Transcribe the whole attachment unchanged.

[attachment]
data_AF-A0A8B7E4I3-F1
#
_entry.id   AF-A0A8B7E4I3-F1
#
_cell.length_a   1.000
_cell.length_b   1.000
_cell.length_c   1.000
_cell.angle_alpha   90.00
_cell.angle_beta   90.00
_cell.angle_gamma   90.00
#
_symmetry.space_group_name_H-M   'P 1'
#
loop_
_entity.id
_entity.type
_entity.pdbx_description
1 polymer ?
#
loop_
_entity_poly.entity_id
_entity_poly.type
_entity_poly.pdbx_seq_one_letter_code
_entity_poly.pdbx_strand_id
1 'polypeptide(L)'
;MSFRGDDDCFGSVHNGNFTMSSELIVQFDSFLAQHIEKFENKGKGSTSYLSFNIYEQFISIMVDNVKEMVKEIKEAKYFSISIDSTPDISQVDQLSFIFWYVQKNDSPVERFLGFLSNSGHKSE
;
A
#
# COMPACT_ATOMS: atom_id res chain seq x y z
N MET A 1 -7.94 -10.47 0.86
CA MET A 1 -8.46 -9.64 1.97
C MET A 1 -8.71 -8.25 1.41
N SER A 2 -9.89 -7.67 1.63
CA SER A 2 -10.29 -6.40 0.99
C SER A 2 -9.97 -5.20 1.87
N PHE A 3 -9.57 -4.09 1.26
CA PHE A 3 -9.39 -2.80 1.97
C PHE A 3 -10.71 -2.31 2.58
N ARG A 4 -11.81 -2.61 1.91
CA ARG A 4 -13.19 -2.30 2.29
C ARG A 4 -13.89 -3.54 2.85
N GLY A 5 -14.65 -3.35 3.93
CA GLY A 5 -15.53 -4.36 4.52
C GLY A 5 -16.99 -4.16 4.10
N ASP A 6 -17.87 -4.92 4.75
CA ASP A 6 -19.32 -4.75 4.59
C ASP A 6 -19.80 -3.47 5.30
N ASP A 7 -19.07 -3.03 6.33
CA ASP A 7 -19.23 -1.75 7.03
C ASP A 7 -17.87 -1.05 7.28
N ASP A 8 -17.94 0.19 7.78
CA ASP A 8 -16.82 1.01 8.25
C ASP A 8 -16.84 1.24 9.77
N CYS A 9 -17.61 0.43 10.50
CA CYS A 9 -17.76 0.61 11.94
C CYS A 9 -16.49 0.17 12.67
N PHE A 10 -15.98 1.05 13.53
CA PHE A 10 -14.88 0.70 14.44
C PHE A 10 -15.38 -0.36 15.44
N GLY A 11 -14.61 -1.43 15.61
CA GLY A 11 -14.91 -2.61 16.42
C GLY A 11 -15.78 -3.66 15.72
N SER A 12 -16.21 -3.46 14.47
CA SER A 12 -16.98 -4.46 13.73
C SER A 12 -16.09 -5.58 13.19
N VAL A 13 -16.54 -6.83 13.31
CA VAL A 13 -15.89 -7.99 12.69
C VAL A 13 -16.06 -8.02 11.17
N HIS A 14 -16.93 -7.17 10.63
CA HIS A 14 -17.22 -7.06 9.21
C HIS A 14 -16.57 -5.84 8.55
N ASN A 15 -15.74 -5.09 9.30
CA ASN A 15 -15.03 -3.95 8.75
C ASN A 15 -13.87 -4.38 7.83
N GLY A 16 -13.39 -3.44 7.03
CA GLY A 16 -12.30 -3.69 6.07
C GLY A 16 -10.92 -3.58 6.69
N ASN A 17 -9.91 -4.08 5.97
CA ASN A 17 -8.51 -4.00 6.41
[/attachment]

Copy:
data_AF-A0A8B7E4I3-F1
#
_entry.id   AF-A0A8B7E4I3-F1
#
_cell.length_a   1.000
_cell.length_b   1.000
_cell.length_c   1.000
_cell.angle_alpha   90.00
_cell.angle_beta   90.00
_cell.angle_gamma   90.00
#
_symmetry.space_group_name_H-M   'P 1'
#
loop_
_entity.id
_entity.type
_entity.pdbx_description
1 polymer ?
#
loop_
_entity_poly.entity_id
_entity_poly.type
_entity_poly.pdbx_seq_one_letter_code
_entity_poly.pdbx_strand_id
1 'polypeptide(L)'
;MSFRGDDDCFGSVHNGNFTMSSELIVQFDSFLAQHIEKFENKGKGSTSYLSFNIYEQFISIMVDNVKEMVKEIKEAKYFSISIDSTPDISQVDQLSFIFWYVQKNDSPVERFLGFLSNSGHKSE
;
A
#
# COMPACT_ATOMS: atom_id res chain seq x y z
N MET A 1 -7.94 -10.47 0.86
CA MET A 1 -8.46 -9.64 1.97
C MET A 1 -8.71 -8.25 1.41
N SER A 2 -9.89 -7.67 1.63
CA SER A 2 -10.29 -6.40 0.99
C SER A 2 -9.97 -5.20 1.87
N PHE A 3 -9.57 -4.09 1.26
CA PHE A 3 -9.39 -2.80 1.97
C PHE A 3 -10.71 -2.31 2.58
N ARG A 4 -11.81 -2.61 1.91
CA ARG A 4 -13.19 -2.30 2.29
C ARG A 4 -13.89 -3.54 2.85
N GLY A 5 -14.65 -3.35 3.93
CA GLY A 5 -15.53 -4.36 4.52
C GLY A 5 -16.99 -4.16 4.10
N ASP A 6 -17.87 -4.92 4.75
CA ASP A 6 -19.32 -4.75 4.59
C ASP A 6 -19.80 -3.47 5.30
N ASP A 7 -19.07 -3.03 6.33
CA ASP A 7 -19.23 -1.75 7.03
C ASP A 7 -17.87 -1.05 7.28
N ASP A 8 -17.94 0.19 7.78
CA ASP A 8 -16.82 1.01 8.25
C ASP A 8 -16.84 1.24 9.77
N CYS A 9 -17.61 0.43 10.50
CA CYS A 9 -17.76 0.61 11.94
C CYS A 9 -16.49 0.17 12.67
N PHE A 10 -15.98 1.05 13.53
CA PHE A 10 -14.88 0.70 14.44
C PHE A 10 -15.38 -0.36 15.44
N GLY A 11 -14.61 -1.43 15.61
CA GLY A 11 -14.91 -2.61 16.42
C GLY A 11 -15.78 -3.66 15.72
N SER A 12 -16.21 -3.46 14.47
CA SER A 12 -16.98 -4.46 13.73
C SER A 12 -16.09 -5.58 13.19
N VAL A 13 -16.54 -6.83 13.31
CA VAL A 13 -15.89 -7.99 12.69
C VAL A 13 -16.06 -8.02 11.17
N HIS A 14 -16.93 -7.17 10.63
CA HIS A 14 -17.22 -7.06 9.21
C HIS A 14 -16.57 -5.84 8.55
N ASN A 15 -15.74 -5.09 9.30
CA ASN A 15 -15.03 -3.95 8.75
C ASN A 15 -13.87 -4.38 7.83
N GLY A 16 -13.39 -3.44 7.03
CA GLY A 16 -12.30 -3.69 6.07
C GLY A 16 -10.92 -3.58 6.69
N ASN A 17 -9.91 -4.08 5.97
CA ASN A 17 -8.51 -4.00 6.41